Fastening a few points to hang the rest of the rigging on is a bare essential for readers. Disbelief requires a capacious and sturdy framework (three masts, with stays and shrouds?) for the reader to suspend it. O’Brian’s characters do things we don’t recognize today, not entirely, and think things that are surprisingly alien. (The masts, stays and shrouds of rank in British society at the time are not very distinct to American readers of this time, generally.) Yet when one hauls on a rope (a character, say, Aubrey, encounters a barrier to his advancement based on class rather than accomplishment), the shape of the rigging is indicated by the movement of the sails. This is true for social aspects of the story, for technical aspects, and every other.
Long, slow, careful study—lightened by the fact of its pleasure—is required to generate an understanding of all of the terms in use, and all of their meanings and variations, and of the society and physical world the describe. Locally, O’Brian would have written these books for an audience a half century closer to the language, politics, society, and technology in the books than current readers. He and the initial readers and the current ones all make a substantial leap through time to inhabit that world, however briefly. The cleats, holding ropes fast to keep the masts and sails in place, bear a heavy load.
With so much difference between readers’ experiences inside and outside the novels, the author must have found more durable reference points, commonalities, than the apparent specifics. There’s a diagram of a frigate’s rigging at the front of many of the books, to help bridge the gap, but until I read the story, several of them, I found the diagram unhelpful. What allows readers to bridge that gap, to construct characters over meandering plots in thirty books, to cope with unfamiliar social customs, language, and technologies? How do we hold on and where do we step so as not to fall overboard?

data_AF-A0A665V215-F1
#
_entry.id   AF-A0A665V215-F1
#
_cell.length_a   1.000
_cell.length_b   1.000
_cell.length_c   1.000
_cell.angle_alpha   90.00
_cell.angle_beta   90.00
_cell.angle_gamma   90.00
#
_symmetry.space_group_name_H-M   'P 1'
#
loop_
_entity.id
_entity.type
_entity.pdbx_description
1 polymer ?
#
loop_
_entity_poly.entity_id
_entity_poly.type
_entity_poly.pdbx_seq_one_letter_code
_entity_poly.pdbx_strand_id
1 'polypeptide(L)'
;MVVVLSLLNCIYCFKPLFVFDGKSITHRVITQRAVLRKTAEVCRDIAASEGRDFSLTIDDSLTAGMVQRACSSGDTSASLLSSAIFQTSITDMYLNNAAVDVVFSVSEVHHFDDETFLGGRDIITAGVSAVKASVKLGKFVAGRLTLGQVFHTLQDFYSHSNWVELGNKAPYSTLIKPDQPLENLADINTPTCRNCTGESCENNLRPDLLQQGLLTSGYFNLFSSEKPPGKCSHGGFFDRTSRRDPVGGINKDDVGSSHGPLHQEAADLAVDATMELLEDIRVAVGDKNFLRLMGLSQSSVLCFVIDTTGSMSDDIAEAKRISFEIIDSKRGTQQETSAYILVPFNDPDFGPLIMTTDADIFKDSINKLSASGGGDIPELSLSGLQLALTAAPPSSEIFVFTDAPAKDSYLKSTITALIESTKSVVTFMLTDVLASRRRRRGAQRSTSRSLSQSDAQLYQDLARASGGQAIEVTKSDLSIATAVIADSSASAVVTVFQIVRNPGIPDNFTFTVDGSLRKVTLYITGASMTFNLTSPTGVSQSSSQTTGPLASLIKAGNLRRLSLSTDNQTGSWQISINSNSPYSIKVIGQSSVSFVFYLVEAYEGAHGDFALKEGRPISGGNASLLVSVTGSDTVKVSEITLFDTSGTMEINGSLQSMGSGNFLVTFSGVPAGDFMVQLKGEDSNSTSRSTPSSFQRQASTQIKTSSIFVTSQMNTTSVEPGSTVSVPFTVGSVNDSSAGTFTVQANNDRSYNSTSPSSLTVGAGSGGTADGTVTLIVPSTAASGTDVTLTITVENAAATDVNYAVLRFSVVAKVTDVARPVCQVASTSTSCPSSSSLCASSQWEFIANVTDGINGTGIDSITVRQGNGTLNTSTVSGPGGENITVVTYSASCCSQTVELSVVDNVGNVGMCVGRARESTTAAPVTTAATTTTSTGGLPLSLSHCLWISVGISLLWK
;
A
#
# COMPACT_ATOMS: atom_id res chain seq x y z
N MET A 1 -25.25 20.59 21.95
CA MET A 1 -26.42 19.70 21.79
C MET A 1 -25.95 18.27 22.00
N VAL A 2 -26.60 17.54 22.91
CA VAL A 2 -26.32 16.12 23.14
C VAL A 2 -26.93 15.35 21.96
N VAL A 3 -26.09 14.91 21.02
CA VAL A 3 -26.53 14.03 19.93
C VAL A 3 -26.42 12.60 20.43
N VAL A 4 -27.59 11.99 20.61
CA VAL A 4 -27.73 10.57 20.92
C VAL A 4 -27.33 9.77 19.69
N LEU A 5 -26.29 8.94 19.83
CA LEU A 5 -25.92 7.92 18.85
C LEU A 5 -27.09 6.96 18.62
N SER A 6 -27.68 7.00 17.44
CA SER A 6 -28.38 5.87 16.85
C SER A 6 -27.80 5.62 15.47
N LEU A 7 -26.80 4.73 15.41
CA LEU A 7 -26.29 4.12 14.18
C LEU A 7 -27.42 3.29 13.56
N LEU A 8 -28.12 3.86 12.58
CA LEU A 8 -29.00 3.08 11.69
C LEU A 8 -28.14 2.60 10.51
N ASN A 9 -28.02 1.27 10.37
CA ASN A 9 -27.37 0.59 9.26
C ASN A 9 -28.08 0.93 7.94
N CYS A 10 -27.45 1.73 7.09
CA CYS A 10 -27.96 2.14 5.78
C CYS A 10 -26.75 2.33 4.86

“All-ahoo” is a wonderful term. I am adopting it because it makes sense, it stands out in my memory from reading, and I look forward to my next encounter with it. I have “all-ahoo” in my life because it’s universal, and I can connect with it. The real answer to the question about continuing to suspend disbelief is that there are many points of connection, many fasteners and useful concepts, flashes of recognition closing the gap between reader and characters. I care about Aubrey’s unwelcome innovations with rigging not because I am a sailor (I am not), but because I am hesitant to shake things up in my own career. Maturin’s extremes of social awkwardness are confusing at first, but each layer of details makes his behavior more intelligible. The avid loyalties of lower-ranked men seem strange until readers get a close look at Aubrey’s coxswain, Bonden, or see both sides of the relationship with Thomas Pullings. The ropes come into view a length at a time.